Condensing the cloud of unknowing
Familiar notebooks, notebooks as familiars

Filling the vacuum

So of course I can't stop thinking about the new novel. No, not A Secret Alchemy, the next one. Yes, I know, but nature abhors a vacuum, after all, and the vacuum of the book-shaped, struggle-shaped hole in my mind now is more than my nature can stand. Besides, it's fun, this stage. Undemanding, in a way: it's like having a big pot on the back burner, and tossing in anything that seems like a good idea. Other times, it feels more like lying on my tummy on the bank of a stream, holding a stick in the water, or shifting the stones about, and seeing what different eddies and ripples and waves I cause in the endless flow. Either way there's a childish, holidayish pleasure about it, a waking-up-on-a summer's-day openness: what shall we do today?

But not just yet. Though I have been known to grab a notebook and draw a pattern of ideas or a heading to register some thought about the new novel, I am not, not, not allowed to settle down and get stuck into the heavy thinking. I can't even do the heavy reading for a while: I've got Ricœur on The Rule of Metaphor to read. It's the first hard-core Theory I've tackled which hasn't had me giving up in despair (at my thick-headedness) and disgust (at the author's incapacity to write a decent sentence. How dare s/he talk, in that case, about anyone else's sentences?). I need my trusty Penguin Dictionary of Literary Terms & Literary Theories at my side, but together we're doing just fine. There are lots of other books too, none of which I've found yet, and some of which I fear don't even exist. Ah well, at least I can search the nation's libraries from the comfort of my desk chair, and then end up, as always, at The London Library. Nick Hornby's The Complete Polysyllabic Spree is the prescribed light-but-useful reading for now.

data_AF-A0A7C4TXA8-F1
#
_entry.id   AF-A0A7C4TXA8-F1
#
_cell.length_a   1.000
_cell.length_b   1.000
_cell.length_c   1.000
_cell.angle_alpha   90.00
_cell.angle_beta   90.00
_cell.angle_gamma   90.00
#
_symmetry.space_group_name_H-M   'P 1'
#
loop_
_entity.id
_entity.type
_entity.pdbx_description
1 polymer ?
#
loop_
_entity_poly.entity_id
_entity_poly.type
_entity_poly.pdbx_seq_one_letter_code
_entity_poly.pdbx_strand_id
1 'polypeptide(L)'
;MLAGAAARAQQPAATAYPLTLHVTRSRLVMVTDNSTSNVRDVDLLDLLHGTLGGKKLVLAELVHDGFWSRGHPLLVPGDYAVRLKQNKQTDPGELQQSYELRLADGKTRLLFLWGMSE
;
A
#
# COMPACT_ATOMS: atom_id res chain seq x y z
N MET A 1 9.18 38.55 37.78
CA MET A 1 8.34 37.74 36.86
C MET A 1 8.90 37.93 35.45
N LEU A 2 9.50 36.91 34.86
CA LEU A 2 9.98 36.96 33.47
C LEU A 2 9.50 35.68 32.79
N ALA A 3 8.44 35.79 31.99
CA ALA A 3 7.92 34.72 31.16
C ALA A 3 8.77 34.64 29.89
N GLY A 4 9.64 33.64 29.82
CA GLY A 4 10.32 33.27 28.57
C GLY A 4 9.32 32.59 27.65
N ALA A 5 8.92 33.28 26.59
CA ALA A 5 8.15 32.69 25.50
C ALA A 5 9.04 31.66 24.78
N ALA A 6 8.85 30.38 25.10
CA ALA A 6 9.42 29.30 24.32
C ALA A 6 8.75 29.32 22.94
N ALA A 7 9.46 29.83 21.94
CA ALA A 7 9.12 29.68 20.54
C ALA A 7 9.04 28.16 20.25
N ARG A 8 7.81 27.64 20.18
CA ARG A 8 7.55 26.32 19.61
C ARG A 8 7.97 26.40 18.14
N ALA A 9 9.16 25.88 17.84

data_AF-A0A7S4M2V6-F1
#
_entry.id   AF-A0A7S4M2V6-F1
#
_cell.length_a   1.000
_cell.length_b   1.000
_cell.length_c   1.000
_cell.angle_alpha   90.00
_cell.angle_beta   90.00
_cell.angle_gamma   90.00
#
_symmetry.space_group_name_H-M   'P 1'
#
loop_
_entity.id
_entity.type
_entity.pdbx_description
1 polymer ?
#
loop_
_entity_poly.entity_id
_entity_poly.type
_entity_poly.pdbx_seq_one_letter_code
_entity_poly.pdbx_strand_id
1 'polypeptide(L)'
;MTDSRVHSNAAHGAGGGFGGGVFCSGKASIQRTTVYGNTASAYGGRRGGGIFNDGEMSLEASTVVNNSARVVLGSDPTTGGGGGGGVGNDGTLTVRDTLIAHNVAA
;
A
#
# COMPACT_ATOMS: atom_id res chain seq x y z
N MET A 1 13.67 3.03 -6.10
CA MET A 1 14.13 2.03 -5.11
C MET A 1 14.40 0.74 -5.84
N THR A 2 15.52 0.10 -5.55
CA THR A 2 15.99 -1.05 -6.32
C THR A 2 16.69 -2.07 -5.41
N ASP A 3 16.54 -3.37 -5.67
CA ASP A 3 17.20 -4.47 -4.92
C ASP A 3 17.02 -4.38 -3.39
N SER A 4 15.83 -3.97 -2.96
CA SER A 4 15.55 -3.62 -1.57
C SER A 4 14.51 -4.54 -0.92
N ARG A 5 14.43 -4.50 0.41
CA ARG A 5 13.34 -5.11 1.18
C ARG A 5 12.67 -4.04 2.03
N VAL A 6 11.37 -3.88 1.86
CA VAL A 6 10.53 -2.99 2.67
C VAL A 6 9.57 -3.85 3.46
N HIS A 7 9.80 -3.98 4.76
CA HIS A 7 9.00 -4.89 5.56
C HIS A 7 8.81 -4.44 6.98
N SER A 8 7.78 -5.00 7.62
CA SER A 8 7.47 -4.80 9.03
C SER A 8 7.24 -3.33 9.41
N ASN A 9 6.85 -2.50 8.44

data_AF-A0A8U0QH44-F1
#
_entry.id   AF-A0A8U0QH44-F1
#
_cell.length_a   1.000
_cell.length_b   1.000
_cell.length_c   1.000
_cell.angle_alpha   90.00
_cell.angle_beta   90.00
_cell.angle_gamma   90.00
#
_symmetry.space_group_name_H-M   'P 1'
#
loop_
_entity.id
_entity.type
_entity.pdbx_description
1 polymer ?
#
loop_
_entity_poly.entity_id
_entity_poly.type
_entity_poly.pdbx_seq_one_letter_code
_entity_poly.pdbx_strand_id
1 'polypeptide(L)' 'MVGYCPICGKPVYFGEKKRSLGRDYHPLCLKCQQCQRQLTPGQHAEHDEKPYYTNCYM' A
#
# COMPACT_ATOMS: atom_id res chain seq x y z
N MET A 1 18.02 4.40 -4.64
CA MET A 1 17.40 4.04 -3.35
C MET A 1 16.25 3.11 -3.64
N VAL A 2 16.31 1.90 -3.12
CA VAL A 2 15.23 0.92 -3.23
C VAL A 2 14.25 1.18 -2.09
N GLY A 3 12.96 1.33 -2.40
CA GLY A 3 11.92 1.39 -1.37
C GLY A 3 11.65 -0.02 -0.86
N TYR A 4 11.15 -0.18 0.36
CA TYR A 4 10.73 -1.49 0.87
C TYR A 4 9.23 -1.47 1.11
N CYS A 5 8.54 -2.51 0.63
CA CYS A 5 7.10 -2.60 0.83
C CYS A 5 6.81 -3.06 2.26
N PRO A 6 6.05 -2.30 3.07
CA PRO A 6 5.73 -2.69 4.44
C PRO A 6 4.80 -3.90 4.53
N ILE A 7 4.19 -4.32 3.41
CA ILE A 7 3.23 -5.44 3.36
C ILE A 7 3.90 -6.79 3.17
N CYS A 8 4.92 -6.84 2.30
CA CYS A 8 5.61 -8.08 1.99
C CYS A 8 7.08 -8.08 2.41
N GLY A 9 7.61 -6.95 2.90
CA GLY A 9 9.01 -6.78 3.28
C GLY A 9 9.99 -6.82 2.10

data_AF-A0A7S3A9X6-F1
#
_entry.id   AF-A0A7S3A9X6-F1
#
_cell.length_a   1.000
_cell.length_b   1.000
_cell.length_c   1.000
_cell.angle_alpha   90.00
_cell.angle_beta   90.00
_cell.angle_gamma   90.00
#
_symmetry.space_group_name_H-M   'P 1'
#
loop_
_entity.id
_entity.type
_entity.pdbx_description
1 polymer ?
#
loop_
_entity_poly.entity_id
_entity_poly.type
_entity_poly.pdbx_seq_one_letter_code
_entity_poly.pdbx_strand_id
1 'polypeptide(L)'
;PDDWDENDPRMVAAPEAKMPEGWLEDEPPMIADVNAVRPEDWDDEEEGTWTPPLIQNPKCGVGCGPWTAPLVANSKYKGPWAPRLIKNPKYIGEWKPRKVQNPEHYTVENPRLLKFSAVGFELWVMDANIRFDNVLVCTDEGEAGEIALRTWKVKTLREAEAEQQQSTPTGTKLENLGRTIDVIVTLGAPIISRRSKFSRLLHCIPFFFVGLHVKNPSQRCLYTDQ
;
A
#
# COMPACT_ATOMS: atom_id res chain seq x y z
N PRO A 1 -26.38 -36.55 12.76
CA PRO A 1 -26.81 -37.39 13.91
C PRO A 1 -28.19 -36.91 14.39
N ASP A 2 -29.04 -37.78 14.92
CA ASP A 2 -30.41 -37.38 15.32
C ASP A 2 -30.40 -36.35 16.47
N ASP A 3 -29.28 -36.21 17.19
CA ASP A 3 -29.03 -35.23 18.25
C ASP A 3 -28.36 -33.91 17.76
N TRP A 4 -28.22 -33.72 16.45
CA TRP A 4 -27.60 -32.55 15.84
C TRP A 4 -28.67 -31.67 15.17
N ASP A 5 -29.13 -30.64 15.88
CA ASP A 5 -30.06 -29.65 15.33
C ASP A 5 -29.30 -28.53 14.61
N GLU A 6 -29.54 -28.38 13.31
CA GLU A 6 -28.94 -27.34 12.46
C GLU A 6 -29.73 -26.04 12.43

Then there's a short story I want to write - well, a couple, really. True short story-writers quite rightly get fed up with the world not taking such a great art form seriously. 'When are you going to write a real book?' is something they're sick of hearing, even from agents and publishers, so I apologise for treating their art as a palate-clearer and vacuum-filler. But writing stories slakes the desire to start the new novel, and then I'll have to decide whether to try to sell them. It's not something I've ever done, pitching work, so if you know anyone who wants a couple of nice stories, brand-new engine, low mileage, one careful owner, let me know...

Besides, I'll regret it if I do try to start the new novel, because it isn't ready: the pot on the stove has to be full to the rim and boiling before there's enough steam to power the long haul of the first draft. And the other thing is that A Secret Alchemy isn't really in the past. The publishing process sometimes seems carefully designed to keep you and your novel, like parted lovers, constantly tantalising each other with little tugs on the old string, bits and scraps of contact which reek of the old days: the trembling excitement, the long afternoons in bed, the late-night phonecalls, the rows, the tears, the makings up, the surprise weekends away. Unlike with an old lover, I'm contractually obliged to allow those tugs, and do as they demand. Not that I mind: as they say, there's still something of the old magic there.